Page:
An object of the present invention is to provide a pluggable security module which has a long service life and which and dependably signals the module status.
The above object is achieved in accordance with the present invention in a security module having functional units which are interconnected with each other and which are covered by a casting compound, with the casting compound surrounding at least a part of the printed circuit board to which the functional units are connected, and wherein an optical or an acoustical signal element is connected to one of the functional units for signaling a status of the security module.
The circuit with the processor of the security module that contains sensitive data protected against readout and further functional units are protected only by a casting compound. The motherboard of a meter or of a comparable control means is therefore surrounded with a security housing that may be additionally sealed. The security module is potted with a hard compound. For changing batteries and for allowing disposal of the security module in an environmentally safe manner, the battery is arranged outside the casting compound. The battery can be easily replaced by a service technician given a plugged-in security module that is supplied by a system voltage at the time of service.
It is advantageous in the inventive security module to automatically optically (or acoustically) signals the status when the operating voltage is applied. It is thereby possible and adequate as well for the module to make only a rough distinction of the current status on the basis of its own signal means. The exact type and number of module statuses is dependent on the functions realized in the module and on the implementation.
The security module for a postage meter machine assumes the function accounting for the postage fees and/or the function of cryptographic protection of the postage fee data. The inventive security module has a separate signal element or a display unit that, with direct drive by the security module, identifies the current condition of the security module, the module condition being modified when the security module is switched into the unplugged condition and/or when the battery voltage drops below a predetermined threshold, in which case the security module may be supplied with system voltage. The signaling of the module status is activated only when the security module is supplied with system voltage. The signal element is mounted in that region of a printed circuit board of the security module where the surrounding security housing has a viewing window or an opening for signaling the module status. The signal element can be a display unit, and can be a light-emitting diode (LED) in the simplest case. It can project through the casting material. Alternatively or additionally, a number of LEDs or multi-colored LEDs or a liquid crystal display (LCD) or similar signal elements can be used, these being arranged at a part of the printed circuit board that is free of casting material.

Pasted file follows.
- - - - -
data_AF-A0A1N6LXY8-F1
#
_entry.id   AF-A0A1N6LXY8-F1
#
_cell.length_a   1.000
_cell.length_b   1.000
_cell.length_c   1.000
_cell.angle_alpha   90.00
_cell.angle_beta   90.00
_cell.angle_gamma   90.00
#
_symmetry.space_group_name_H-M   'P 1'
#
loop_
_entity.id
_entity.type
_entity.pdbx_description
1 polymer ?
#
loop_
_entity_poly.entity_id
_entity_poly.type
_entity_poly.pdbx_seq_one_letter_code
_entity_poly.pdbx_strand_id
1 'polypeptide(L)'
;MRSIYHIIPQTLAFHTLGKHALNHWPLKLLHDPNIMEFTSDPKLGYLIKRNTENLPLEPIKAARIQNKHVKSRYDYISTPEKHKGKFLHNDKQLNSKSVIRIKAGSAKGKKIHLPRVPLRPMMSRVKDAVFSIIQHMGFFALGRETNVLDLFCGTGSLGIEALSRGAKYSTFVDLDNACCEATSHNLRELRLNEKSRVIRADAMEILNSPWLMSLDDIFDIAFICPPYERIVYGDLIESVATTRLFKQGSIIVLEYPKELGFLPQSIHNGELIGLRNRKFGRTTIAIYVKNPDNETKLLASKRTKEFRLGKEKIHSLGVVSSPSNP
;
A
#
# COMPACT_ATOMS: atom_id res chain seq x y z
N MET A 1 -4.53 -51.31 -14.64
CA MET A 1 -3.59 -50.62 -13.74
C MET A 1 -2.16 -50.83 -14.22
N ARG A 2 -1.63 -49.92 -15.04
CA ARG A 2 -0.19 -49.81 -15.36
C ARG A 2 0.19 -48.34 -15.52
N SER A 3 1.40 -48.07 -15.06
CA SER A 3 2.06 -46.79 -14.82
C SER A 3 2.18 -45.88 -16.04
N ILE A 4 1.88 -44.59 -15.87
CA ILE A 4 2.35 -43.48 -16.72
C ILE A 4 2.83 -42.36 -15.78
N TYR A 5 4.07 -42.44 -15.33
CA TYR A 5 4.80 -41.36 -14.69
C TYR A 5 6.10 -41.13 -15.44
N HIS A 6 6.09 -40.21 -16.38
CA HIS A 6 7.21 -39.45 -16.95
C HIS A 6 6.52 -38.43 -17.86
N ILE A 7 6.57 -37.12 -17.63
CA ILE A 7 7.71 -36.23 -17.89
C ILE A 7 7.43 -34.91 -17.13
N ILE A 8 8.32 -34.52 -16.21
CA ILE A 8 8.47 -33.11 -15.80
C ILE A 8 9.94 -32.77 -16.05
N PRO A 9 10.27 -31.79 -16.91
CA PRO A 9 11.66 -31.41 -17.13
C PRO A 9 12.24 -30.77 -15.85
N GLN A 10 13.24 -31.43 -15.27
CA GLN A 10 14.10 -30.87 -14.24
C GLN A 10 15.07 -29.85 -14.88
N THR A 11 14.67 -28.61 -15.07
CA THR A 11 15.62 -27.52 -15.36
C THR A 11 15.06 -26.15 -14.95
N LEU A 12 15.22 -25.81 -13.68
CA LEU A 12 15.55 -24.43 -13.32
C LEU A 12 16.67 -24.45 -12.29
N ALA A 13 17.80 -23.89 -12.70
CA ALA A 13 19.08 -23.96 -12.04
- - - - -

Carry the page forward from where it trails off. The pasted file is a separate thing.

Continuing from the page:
FIG. 1 is a perspective view of a postage meter machine, embodying an inventive security module, from behind.
FIG. 2 is a block circuit diagram of an inventive security module.
FIG. 3 is a side view of a first version of the inventive security module.
FIG. 4 is a plan view of the first version of the security module.
FIG. 5a is a view of the inventive security module (first version) from the right.
FIG. 5b is a view of the inventive security module (first version) from the left.
FIG. 6 is a side view of a second version of the inventive security module.
FIG. 7 is a plan view of the second security module version.
FIG. 8a is a view of the security module (second version) from the right.
FIG. 8b is a view of the security module (second version) from the left.
FIG. 9 is a plan view of the security module in an embodiment having LCDs.
FIG. 1 shows a perspective view of the postage meter machine from behind. The postage meter machine is composed of a meter 1 and a base 2. The latter is equipped with a chip card write/read unit 70 that is arranged behind the guide plate 20 and is accessible from the upper edge 22 of the housing. After the postage meter machine has been turned on with the switch 71, a chip card 49 is plugged into the plug-in slot 72 from top to bottom. A letter 3 is supplied standing on edge with a surface to be printed lying against the guide plate 20, and is then printed with a franking stamp 31 in conformity with the input data. The letter delivery opening is laterally limited by a transparent plate 21 and by the guide plate 20.